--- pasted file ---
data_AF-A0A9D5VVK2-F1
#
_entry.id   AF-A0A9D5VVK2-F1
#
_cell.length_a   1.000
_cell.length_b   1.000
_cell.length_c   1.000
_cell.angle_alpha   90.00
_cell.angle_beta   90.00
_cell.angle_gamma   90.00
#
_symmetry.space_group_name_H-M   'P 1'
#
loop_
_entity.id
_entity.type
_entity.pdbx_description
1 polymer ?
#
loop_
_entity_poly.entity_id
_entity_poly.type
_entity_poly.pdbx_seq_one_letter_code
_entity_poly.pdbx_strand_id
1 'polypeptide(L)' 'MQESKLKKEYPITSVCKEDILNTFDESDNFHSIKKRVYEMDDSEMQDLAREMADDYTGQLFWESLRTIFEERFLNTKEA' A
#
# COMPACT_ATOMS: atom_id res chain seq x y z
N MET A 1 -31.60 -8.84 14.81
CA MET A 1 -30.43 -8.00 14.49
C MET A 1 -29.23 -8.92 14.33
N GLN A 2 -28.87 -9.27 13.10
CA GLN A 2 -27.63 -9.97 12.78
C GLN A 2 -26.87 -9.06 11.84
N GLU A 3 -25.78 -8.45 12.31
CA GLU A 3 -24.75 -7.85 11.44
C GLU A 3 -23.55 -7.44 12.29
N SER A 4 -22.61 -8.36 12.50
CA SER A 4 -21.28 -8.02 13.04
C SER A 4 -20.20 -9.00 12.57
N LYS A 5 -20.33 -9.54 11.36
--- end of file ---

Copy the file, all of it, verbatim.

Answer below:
data_AF-A0A9D5VVK2-F1
#
_entry.id   AF-A0A9D5VVK2-F1
#
_cell.length_a   1.000
_cell.length_b   1.000
_cell.length_c   1.000
_cell.angle_alpha   90.00
_cell.angle_beta   90.00
_cell.angle_gamma   90.00
#
_symmetry.space_group_name_H-M   'P 1'
#
loop_
_entity.id
_entity.type
_entity.pdbx_description
1 polymer ?
#
loop_
_entity_poly.entity_id
_entity_poly.type
_entity_poly.pdbx_seq_one_letter_code
_entity_poly.pdbx_strand_id
1 'polypeptide(L)' 'MQESKLKKEYPITSVCKEDILNTFDESDNFHSIKKRVYEMDDSEMQDLAREMADDYTGQLFWESLRTIFEERFLNTKEA' A
#
# COMPACT_ATOMS: atom_id res chain seq x y z
N MET A 1 -31.60 -8.84 14.81
CA MET A 1 -30.43 -8.00 14.49
C MET A 1 -29.23 -8.92 14.33
N GLN A 2 -28.87 -9.27 13.10
CA GLN A 2 -27.63 -9.97 12.78
C GLN A 2 -26.87 -9.06 11.84
N GLU A 3 -25.78 -8.45 12.31
CA GLU A 3 -24.75 -7.85 11.44
C GLU A 3 -23.55 -7.44 12.29
N SER A 4 -22.61 -8.36 12.50
CA SER A 4 -21.28 -8.02 13.04
C SER A 4 -20.20 -9.00 12.57
N LYS A 5 -20.33 -9.54 11.36